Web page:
Wonder spice turmeric’s expressed DNAs Sequenced by Bangalore based Genotypic Technology
Bangalore, India - 5th April 2013 — Turmeric is a well known spice used by Indians since ages. Apart from adding taste and colour to a dish, it also has many health properties. Long known for its anti-inflammatory properties, recent research has also revealed that turmeric is a natural wonder, proving beneficial in the treatment of many different health conditions from cancer to Alzheimer's disease. In fact in India, Turmeric is also known as the healer’s spice.
Despite turmeric’s growing economic and medicinal importance, a comprehensive transcriptome level investigation is lacking. The ‘transcriptome’ is the set of all RNA molecules produced in one or a population of cells. The transcriptome therefore reflects the genes that are being actively expressed at any given time. Genotypic Technology, a Bangalore based Genomics Company took an initiative in studying and completing the transcriptome assembly of this plant, scientifically known as Curcuma longa, using state-of-the art Next Generation Sequencing technology at its Department of Scientific and Industrial research (DSIR), Government of India recognized R&D unit. This is also of significance as an Indian company has been able to complete this feat when other countries like China and USA have been interested in this important plant as well. In fact, the highlight of this study is that the company has attempted to analyze and annotate C.longa transcriptome from the rhizomes of three popularly cultivated cultivars in South India; Cultivar Nattu (traditional) yields small rhizomes, cultivar Erode (commercial variety) with larger rhizomes and cultivar Mysore (requires higher irrigation and provides higher yeilds). Dr Annadurai, the lead author of the paper opines “understanding the turmeric genome is relevant in the context of the very high importance attributed to anti cancer and anti malarial properties of curcumin and turmeric”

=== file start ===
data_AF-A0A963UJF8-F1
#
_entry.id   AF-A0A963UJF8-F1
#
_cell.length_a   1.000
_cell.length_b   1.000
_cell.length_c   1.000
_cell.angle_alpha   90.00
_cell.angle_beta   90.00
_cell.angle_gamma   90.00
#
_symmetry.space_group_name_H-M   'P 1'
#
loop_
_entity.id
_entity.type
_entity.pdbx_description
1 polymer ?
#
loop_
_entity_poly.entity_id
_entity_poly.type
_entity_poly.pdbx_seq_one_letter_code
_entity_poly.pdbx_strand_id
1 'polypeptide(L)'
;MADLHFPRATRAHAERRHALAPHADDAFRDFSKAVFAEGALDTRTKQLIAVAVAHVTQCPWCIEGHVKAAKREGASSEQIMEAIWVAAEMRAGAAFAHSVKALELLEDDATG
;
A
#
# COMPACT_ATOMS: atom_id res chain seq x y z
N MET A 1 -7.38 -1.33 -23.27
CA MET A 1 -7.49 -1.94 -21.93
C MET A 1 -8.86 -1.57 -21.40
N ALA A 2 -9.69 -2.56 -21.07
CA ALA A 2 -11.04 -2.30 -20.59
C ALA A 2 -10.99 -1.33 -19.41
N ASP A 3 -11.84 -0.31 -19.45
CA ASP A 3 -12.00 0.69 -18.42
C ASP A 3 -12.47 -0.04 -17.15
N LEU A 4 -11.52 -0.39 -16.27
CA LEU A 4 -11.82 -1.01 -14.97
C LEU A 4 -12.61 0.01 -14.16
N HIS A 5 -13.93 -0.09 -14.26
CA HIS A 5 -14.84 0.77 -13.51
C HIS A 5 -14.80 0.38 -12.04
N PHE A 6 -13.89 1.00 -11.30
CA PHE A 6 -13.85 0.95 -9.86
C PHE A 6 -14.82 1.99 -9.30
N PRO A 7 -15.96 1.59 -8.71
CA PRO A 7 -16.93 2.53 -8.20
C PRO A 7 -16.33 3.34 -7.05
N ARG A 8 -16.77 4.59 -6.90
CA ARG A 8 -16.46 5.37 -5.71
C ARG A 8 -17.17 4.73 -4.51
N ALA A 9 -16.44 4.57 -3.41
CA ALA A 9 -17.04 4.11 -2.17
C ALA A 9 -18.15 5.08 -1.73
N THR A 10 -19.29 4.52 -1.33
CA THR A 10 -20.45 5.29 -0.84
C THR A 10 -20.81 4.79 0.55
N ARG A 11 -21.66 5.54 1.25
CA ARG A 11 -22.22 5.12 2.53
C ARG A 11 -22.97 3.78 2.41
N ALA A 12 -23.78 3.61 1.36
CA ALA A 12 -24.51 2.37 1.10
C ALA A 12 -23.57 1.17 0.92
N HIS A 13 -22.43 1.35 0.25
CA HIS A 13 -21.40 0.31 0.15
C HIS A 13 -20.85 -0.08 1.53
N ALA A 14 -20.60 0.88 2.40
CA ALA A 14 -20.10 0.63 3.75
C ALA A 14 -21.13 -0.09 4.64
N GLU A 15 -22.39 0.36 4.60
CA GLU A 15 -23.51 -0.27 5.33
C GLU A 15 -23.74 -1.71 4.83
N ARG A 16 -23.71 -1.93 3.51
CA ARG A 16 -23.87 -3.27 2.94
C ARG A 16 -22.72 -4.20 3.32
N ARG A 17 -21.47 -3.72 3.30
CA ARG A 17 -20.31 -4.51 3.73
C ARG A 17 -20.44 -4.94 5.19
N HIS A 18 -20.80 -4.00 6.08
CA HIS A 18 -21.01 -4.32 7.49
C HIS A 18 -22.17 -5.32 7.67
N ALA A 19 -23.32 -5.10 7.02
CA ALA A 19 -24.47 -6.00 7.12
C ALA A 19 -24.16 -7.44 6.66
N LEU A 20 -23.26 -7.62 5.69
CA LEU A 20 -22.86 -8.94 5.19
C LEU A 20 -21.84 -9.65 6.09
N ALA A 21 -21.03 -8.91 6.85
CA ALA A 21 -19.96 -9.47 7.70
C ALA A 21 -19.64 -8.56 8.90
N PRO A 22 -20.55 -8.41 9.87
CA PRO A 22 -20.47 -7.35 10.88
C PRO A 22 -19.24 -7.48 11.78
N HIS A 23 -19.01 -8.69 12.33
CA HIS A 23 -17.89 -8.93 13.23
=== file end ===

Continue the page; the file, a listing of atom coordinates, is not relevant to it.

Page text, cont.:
Genotypic’s strength lies in its decade old expertise in genomics. With a dynamic team of molecular biologists and bio-informaticians and a large Genomics facility with Next Gen Sequencing machines like Ion Proton, Ion Torrent, Illumina and SOLiD the team was able to assemble and functionally annotate the transcriptome of all the cultivar varieties of the C.longa. In fact, prior to this work, the company had sequenced the transcriptome of another Indian medicinal plant Costus pictus also known as the “insulin plant” in South India. The work was published in BMC Genomics journal and is one of the highest accessed articles.
In the current study, pathway annotation revealed the presence of many important secondary metabolite pathways which synthesize compounds with diverse medicinal properties. Analysis indicated the presence of compounds with anti-cancer (taxol, matairesinol), anti-oxidant(flavonoids), antimalarial (acridone alkaloids, artemisinin), pesticidal(Benzoxazinoids) and antibiotic (hypericin) properties. Dr Raja C Mugasimangalam, Founder and CEO of Genotypic, believes that this work has provided a major impetus for further research in turmeric’s various beneficial properties. In fact, some of the observations that come out of this research go to show how other hitherto unknown genes found in this plant (related to taxol biosynthetic pathway, vincristine, vinblastine synthesis pathways etc.) can be beneficial for anti-cancer properties in addition to the well known transcript (curcumin) that turmeric is known to possess. Dr Raja says “beyond turmeric we are and also hope to extend our collaborations with government organizations like CSIR, DBT, DST, ICMR and other educational institutions to sequence plant species of Indian origin ”
The de novo transcriptome of this very important phytochemical herb brings out for the first time novel transcripts related to anticancer, antimalarial and anti-oxidant properties. Proper validation of the results at biochemical, cellular and animal model studies will certainly highlight more useful properties of turmeric in traditional and alternative medicine.
Gopalakrishna Ramaswamy Ph.D.,
Below is the link to Publication
De Novo Transcriptome Assembly (NGS) of Curcuma longa L. Rhizome Reveals NovelTranscripts Related to Anticancer and Antimalarial Terpenoids
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